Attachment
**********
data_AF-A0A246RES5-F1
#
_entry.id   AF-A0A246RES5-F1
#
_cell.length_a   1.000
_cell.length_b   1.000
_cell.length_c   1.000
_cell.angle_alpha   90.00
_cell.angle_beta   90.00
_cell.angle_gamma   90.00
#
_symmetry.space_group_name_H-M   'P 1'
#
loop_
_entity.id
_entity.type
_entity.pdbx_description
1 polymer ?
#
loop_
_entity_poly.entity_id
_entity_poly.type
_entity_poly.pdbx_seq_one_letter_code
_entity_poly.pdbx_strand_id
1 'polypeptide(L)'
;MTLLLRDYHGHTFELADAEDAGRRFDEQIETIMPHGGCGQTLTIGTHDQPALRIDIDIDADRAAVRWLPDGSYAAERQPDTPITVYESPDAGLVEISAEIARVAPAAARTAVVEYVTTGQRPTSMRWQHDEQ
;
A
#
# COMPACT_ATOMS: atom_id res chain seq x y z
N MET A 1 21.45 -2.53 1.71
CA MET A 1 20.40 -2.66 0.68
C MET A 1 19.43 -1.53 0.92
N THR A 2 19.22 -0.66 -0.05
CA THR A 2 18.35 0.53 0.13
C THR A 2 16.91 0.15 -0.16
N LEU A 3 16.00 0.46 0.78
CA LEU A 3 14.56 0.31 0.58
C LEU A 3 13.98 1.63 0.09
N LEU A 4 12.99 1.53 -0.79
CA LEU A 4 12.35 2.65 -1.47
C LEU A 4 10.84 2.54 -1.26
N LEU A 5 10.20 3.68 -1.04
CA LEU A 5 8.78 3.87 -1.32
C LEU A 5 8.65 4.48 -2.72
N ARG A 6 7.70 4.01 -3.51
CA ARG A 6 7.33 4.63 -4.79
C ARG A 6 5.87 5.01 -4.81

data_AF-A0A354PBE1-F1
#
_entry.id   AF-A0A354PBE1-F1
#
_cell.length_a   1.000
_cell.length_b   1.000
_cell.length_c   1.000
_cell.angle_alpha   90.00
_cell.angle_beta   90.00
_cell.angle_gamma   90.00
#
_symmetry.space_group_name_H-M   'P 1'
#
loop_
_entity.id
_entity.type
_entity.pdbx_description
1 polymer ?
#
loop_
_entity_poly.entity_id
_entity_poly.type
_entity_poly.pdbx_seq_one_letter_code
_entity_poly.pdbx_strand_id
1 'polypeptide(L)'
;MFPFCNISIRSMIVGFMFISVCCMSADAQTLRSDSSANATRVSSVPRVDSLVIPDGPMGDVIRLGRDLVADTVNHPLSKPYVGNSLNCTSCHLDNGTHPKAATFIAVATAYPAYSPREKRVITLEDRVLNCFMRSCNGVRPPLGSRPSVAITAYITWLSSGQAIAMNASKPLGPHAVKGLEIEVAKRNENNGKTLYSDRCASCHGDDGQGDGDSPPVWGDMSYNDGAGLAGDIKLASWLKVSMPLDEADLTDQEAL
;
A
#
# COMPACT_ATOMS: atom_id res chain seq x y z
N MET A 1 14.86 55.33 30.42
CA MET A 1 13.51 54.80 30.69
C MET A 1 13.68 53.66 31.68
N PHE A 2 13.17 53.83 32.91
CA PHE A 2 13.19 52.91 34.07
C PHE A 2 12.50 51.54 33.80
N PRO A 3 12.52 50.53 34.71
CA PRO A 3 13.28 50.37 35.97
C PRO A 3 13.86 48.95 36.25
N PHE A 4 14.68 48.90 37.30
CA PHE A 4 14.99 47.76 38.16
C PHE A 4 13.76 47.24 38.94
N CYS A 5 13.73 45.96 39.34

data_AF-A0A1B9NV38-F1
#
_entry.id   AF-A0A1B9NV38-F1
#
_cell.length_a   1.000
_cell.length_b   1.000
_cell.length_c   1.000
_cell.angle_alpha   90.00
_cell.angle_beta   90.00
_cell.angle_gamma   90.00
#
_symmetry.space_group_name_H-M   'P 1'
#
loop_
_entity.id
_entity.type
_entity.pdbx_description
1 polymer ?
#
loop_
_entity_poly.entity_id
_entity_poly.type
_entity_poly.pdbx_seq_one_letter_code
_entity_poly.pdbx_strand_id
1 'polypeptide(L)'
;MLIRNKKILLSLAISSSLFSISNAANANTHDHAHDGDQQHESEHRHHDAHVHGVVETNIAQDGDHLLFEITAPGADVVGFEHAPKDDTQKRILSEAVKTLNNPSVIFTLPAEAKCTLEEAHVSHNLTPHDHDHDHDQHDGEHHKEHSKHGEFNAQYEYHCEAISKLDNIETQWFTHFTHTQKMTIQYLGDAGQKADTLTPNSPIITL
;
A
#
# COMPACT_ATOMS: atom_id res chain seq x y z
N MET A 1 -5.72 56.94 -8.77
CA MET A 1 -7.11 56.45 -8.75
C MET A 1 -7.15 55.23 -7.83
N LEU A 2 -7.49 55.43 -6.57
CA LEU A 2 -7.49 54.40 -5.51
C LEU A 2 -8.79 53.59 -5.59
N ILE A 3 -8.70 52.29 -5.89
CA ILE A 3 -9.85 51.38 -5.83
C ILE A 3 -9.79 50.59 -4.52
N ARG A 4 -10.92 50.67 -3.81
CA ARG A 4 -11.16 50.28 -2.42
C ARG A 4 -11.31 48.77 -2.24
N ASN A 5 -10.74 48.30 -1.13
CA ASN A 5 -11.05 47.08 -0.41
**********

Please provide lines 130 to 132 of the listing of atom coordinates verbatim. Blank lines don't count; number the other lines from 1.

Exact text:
C ILE A 3 -9.79 50.59 -4.52
N ARG A 4 -10.92 50.67 -3.81
CA ARG A 4 -11.16 50.28 -2.42